Improving Climate Resilience Through Water-Smart Irrigation

Improving Climate Resilience Through Water-Smart Irrigation

With an increasingly erratic climate, it’s more important than ever for growers to take into account temperature fluctuations and an increase in extreme weather events. Unexpected rainfall – or lack thereof – can have huge detrimental impacts on water levels, soils, yields, and hence food security. But adapting can be as simple as increasing efficiency through plug-and-play solutions and making subtle changes to irrigation management.

Here we look at how increasing climate resilience is not just something for the long-term, but how the same adaptations can keep crops healthier and abundant in the short-term.

Agtech solutions to manage water availability

The ENSO cycle and accompanying El Niño and La Niña effects are varying unpredictably in length, playing havoc with agricultural planning and irrigation scheduling around the world. A November 2019 World Bank report (available in full here) noted how “rainfall of less than 2,000 millimeters annually can cause drought, … while rainfall greater than 200 millimeters in two successive days has resulted in flooding.” As such, the authors stress the need for capacity building and contingency actions.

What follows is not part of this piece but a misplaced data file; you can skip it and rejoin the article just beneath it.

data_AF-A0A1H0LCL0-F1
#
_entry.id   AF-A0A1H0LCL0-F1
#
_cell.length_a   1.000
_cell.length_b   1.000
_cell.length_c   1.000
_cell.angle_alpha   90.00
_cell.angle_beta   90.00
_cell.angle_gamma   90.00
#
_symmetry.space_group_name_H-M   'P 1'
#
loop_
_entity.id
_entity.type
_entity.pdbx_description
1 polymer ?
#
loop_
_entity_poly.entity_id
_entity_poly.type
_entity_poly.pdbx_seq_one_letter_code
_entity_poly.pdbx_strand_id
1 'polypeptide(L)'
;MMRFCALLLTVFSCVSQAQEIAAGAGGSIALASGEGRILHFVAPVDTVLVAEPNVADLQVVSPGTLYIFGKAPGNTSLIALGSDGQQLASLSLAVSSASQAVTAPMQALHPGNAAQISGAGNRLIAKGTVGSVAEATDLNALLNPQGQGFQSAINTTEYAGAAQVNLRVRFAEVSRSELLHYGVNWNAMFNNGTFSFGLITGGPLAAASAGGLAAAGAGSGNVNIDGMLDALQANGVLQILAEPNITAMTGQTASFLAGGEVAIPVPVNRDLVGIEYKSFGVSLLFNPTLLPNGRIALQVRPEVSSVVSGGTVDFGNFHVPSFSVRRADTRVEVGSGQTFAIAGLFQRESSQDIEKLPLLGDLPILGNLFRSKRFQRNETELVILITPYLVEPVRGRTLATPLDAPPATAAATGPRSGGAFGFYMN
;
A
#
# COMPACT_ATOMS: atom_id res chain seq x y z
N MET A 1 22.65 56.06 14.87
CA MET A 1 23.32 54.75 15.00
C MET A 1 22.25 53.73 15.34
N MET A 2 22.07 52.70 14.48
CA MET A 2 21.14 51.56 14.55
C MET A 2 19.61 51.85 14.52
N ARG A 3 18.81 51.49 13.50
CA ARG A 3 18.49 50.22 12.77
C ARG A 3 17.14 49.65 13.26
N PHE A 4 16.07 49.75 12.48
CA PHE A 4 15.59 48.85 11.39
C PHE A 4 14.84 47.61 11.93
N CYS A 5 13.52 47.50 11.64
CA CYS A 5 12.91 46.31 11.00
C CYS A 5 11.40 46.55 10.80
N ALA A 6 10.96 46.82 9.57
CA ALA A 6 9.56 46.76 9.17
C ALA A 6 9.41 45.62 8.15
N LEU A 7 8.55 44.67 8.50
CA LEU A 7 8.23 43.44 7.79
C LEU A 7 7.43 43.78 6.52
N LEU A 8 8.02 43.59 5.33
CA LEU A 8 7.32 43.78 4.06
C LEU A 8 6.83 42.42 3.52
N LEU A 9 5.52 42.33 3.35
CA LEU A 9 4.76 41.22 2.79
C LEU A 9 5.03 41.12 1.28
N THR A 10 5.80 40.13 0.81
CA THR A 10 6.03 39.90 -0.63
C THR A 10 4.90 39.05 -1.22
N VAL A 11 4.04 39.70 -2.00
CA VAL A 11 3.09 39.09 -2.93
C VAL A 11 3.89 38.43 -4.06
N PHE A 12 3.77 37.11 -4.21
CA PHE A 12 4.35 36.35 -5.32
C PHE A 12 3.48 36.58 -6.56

The agtech world is already ahead of the game here. In a 2018 paper, Gelcer at al detailed an innovative AgroClimate tool from Mozambique which keeps track of ENSO phases (El Niño and La Niña) in real-time, to assist with irrigation timing and minimize water stress.

On the other side of the world, agronomist Enrique Rebaza reports that to combat this unpredictability, growers have been adopting various methods. Growers use tools like NOAA and CIIFEN to monitor heavy rainfall, as well as ‘old-school’ solutions such as seed variation, higher furrows, or open drainages.

“Too much water increases root asphyxia, benefiting fungal diseases, while also causing salts accumulated in deep soil to be pushed to the surface,” says Rebaza. Such events can be the death knell for previously healthy plants in a short time. “Since 1998, I’ve helped many farms on the pacific coast manage El Niño effects,” Rebaza continues. “In variable scenarios, the key is adopting water treatment and water management to deal with fluctuations in the availability of water, and salt movements through soils.”


Enrique Rebaza visiting a grower in Chile